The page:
In short, my mind never ceased asking questions and posing scenarios. Though I was outwardly resting, on the inside my head was churning with countless thoughts and queries and ideas. Forced into stillness, I was even more aware than usual of all the stories that existed around me.  They wound back and forth, in and out of the room like so many threads – crossing, tangling, or running straight through without any contact.

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My head is still a little foggy and my eyesight slightly blurred (a residual affect of the anesthesia, so they tell me), but the other thought that stays with me from my time in the hospital is how many times I worried about the things I have not written. It wasn’t as if I believed I was truly in any mortal danger, but any medical crisis (even one as common as appendicitis) serves as an abrupt and mostly unwelcome reminder of our own mortality. Faced with signing the liability releases with their long lists of things that could potentially go wrong, I couldn’t help but think about all the stories and projects that I’ve been meaning to write, but haven’t. It wasn’t exactly a life-flashing-before-my-eyes moment, but I was certainly granted a  moment of clarity about what really matters to me.

I don’t wish medical emergencies on anyone, but I do hope that reading this post might inspire you to stop for a moment and think about what really matters most to you. What would you regret most if everything changed tomorrow? What would you hate to see left undone? It’s hard to answer these questions in the absence of a dire circumstance, but worth the effort nonetheless. What do you want to work on today – right now?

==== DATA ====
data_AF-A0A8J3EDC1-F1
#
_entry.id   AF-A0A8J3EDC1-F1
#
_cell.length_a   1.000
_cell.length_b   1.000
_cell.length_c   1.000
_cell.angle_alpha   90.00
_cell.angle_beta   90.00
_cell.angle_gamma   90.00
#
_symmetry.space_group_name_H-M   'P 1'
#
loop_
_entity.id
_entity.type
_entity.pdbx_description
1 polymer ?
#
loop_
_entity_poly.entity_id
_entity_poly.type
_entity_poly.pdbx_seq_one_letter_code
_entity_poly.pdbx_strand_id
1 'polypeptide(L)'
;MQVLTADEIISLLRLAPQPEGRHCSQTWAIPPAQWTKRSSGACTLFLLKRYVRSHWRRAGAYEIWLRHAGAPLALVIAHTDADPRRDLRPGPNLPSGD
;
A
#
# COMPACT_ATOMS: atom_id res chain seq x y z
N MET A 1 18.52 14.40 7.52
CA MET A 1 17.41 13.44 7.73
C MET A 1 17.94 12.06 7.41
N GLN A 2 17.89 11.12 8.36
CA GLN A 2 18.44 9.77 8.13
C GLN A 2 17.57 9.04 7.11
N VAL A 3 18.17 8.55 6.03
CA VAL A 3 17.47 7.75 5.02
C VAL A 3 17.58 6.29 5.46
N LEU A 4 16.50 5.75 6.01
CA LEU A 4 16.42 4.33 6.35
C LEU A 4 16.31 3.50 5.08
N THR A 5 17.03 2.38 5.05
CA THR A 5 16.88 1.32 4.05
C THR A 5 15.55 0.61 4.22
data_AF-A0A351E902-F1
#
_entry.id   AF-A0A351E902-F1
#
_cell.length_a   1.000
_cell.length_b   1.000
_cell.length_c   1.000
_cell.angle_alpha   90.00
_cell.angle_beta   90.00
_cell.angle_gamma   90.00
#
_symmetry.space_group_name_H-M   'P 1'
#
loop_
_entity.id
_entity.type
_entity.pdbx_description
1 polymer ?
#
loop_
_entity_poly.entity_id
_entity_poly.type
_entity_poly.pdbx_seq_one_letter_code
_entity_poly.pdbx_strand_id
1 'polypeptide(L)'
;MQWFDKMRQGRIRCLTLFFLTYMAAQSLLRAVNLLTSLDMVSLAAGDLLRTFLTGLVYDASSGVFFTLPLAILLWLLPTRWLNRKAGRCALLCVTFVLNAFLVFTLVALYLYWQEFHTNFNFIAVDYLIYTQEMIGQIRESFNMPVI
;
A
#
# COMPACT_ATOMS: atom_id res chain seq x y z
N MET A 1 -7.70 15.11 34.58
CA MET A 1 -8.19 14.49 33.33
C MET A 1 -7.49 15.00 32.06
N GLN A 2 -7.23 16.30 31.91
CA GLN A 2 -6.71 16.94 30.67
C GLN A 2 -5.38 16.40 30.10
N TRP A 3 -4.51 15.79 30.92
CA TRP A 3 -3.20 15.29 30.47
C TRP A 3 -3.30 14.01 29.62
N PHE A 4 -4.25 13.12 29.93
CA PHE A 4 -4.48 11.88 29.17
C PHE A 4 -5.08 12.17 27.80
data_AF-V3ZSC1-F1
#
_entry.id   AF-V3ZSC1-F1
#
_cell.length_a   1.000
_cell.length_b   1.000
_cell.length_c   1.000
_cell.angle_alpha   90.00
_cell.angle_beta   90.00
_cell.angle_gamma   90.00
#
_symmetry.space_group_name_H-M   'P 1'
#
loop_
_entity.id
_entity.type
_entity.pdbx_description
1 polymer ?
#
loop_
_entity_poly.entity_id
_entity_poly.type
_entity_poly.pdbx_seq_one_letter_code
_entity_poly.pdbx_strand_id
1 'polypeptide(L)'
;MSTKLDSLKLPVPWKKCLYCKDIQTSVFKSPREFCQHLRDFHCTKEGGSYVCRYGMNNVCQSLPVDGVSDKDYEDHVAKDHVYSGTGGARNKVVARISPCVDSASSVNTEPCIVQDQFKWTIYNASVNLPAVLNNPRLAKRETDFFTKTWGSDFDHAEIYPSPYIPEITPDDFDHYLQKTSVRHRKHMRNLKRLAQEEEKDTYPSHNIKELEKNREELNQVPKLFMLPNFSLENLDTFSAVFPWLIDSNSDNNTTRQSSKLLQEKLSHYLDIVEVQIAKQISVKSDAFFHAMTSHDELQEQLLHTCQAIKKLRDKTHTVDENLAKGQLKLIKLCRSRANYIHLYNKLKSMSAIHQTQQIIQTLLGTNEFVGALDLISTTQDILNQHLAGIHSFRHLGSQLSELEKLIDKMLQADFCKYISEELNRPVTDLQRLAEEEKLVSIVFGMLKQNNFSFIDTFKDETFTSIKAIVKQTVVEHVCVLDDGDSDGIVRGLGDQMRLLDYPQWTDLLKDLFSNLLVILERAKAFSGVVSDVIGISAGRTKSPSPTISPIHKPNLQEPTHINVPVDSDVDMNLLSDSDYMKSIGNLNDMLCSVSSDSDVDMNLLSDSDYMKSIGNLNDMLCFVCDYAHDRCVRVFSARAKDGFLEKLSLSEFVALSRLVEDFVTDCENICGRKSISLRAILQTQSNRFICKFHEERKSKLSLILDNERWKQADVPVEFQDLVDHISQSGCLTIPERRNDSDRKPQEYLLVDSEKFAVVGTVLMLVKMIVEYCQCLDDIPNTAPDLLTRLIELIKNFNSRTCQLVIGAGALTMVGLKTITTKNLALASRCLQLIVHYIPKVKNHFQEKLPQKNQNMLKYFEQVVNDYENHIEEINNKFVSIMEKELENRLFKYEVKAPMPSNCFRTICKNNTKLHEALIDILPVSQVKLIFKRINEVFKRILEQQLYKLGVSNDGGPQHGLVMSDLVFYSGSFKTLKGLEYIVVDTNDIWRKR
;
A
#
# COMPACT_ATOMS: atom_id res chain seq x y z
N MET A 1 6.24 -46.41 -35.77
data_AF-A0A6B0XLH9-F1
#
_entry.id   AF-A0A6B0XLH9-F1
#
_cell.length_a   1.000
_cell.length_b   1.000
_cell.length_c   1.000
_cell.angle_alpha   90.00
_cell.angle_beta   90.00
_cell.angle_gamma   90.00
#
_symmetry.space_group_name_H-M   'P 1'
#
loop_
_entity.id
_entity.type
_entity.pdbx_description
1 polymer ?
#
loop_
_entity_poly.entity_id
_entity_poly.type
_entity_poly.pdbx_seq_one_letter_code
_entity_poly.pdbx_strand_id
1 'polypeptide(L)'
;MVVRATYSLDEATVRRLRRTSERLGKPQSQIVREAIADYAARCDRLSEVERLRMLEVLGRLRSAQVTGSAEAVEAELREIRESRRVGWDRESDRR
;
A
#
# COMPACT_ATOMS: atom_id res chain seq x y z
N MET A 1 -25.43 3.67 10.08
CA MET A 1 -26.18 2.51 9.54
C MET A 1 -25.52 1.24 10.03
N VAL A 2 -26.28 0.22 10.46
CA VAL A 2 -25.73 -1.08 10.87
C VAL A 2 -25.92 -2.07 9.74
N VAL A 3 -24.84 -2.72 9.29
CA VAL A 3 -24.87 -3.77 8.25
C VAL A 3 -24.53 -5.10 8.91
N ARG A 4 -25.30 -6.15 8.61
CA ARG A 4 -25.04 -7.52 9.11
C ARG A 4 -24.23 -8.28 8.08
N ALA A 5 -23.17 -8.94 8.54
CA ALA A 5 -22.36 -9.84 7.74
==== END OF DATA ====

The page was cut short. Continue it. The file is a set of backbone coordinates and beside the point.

Thanks for sharing part of your Saturday with me. I’m heading out now with my daughter to walk one of her dog walking clients and maybe take ourselves down to the local coffee shop for something tasty. I may still be moving more slowly than usual, but I can hardly wait to get out in the sunshine and fresh air. My writer’s mind is eager to revel in the possibilities of a new day.

Jamie Lee Wallace Hi. I’m Jamie. I am a content marketer and branding consultant, columnist, sometime feature writer, prolific blogger, and aspiring fiction writer. I’m a mom, a student of equestrian and aerial arts (not at the same time), and a nature lover. I believe in small kindnesses, daily chocolate, and happy endings. Introduce yourself on Facebooktwitter, Instagram, or Pinterest. I don’t bite … usually.

Maintaining healthy habits while working from home

Working from home is great, isn’t it?

You can roll out of bed, get to your desk and work in your pajamas or yoga pants without any stress or strain. Heck, you could even skip brushing your teeth, showering, or eating breakfast if you wanted.